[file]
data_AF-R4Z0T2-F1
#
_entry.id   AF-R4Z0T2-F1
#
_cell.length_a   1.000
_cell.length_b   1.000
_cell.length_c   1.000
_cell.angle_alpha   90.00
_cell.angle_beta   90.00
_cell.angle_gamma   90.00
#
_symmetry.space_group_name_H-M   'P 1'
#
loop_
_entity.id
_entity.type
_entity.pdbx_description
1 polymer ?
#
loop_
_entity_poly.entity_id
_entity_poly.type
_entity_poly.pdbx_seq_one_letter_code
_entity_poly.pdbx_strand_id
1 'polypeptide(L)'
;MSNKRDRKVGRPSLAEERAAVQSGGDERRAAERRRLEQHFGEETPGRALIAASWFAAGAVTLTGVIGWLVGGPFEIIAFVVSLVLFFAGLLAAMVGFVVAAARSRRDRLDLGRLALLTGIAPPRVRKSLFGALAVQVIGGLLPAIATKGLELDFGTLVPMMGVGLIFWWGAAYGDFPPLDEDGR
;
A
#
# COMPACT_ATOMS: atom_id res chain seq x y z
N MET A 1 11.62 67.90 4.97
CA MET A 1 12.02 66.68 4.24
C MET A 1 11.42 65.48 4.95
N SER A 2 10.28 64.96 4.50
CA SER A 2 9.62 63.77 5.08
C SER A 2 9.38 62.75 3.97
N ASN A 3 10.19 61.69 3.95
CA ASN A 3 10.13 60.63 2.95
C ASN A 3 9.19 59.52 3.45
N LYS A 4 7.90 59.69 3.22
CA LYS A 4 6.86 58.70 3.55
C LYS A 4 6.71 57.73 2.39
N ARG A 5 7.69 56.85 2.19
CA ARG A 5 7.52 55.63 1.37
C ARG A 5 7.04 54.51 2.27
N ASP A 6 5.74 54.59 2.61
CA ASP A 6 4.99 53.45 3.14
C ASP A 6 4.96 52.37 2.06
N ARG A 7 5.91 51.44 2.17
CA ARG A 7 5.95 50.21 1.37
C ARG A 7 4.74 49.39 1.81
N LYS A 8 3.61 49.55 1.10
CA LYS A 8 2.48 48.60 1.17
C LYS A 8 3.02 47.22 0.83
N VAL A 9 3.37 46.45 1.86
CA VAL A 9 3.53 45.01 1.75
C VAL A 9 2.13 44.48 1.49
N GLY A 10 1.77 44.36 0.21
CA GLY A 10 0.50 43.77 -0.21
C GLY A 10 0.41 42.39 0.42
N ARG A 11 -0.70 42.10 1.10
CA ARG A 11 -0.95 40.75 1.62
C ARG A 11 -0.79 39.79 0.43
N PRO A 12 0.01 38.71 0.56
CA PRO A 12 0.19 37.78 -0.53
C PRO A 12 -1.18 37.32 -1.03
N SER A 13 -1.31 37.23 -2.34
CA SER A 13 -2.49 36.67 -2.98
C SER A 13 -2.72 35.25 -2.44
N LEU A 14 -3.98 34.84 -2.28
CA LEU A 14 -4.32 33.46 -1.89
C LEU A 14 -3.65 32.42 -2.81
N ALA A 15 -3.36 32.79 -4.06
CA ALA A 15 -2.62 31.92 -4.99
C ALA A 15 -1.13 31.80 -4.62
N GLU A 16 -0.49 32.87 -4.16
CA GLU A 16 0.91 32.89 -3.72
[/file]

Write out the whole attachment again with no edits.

data_AF-R4Z0T2-F1
#
_entry.id   AF-R4Z0T2-F1
#
_cell.length_a   1.000
_cell.length_b   1.000
_cell.length_c   1.000
_cell.angle_alpha   90.00
_cell.angle_beta   90.00
_cell.angle_gamma   90.00
#
_symmetry.space_group_name_H-M   'P 1'
#
loop_
_entity.id
_entity.type
_entity.pdbx_description
1 polymer ?
#
loop_
_entity_poly.entity_id
_entity_poly.type
_entity_poly.pdbx_seq_one_letter_code
_entity_poly.pdbx_strand_id
1 'polypeptide(L)'
;MSNKRDRKVGRPSLAEERAAVQSGGDERRAAERRRLEQHFGEETPGRALIAASWFAAGAVTLTGVIGWLVGGPFEIIAFVVSLVLFFAGLLAAMVGFVVAAARSRRDRLDLGRLALLTGIAPPRVRKSLFGALAVQVIGGLLPAIATKGLELDFGTLVPMMGVGLIFWWGAAYGDFPPLDEDGR
;
A
#
# COMPACT_ATOMS: atom_id res chain seq x y z
N MET A 1 11.62 67.90 4.97
CA MET A 1 12.02 66.68 4.24
C MET A 1 11.42 65.48 4.95
N SER A 2 10.28 64.96 4.50
CA SER A 2 9.62 63.77 5.08
C SER A 2 9.38 62.75 3.97
N ASN A 3 10.19 61.69 3.95
CA ASN A 3 10.13 60.63 2.95
C ASN A 3 9.19 59.52 3.45
N LYS A 4 7.90 59.69 3.22
CA LYS A 4 6.86 58.70 3.55
C LYS A 4 6.71 57.73 2.39
N ARG A 5 7.69 56.85 2.19
CA ARG A 5 7.52 55.63 1.37
C ARG A 5 7.04 54.51 2.27
N ASP A 6 5.74 54.59 2.61
CA ASP A 6 4.99 53.45 3.14
C ASP A 6 4.96 52.37 2.06
N ARG A 7 5.91 51.44 2.17
CA ARG A 7 5.95 50.21 1.37
C ARG A 7 4.74 49.39 1.81
N LYS A 8 3.61 49.55 1.10
CA LYS A 8 2.48 48.60 1.17
C LYS A 8 3.02 47.22 0.83
N VAL A 9 3.37 46.45 1.86
CA VAL A 9 3.53 45.01 1.75
C VAL A 9 2.13 44.48 1.49
N GLY A 10 1.77 44.36 0.21
CA GLY A 10 0.50 43.77 -0.21
C GLY A 10 0.41 42.39 0.42
N ARG A 11 -0.70 42.10 1.10
CA ARG A 11 -0.95 40.75 1.62
C ARG A 11 -0.79 39.79 0.43
N PRO A 12 0.01 38.71 0.56
CA PRO A 12 0.19 37.78 -0.53
C PRO A 12 -1.18 37.32 -1.03
N SER A 13 -1.31 37.23 -2.34
CA SER A 13 -2.49 36.67 -2.98
C SER A 13 -2.72 35.25 -2.44
N LEU A 14 -3.98 34.84 -2.28
CA LEU A 14 -4.32 33.46 -1.89
C LEU A 14 -3.65 32.42 -2.81
N ALA A 15 -3.36 32.79 -4.06
CA ALA A 15 -2.62 31.92 -4.99
C ALA A 15 -1.13 31.80 -4.62
N GLU A 16 -0.49 32.87 -4.16
CA GLU A 16 0.91 32.89 -3.72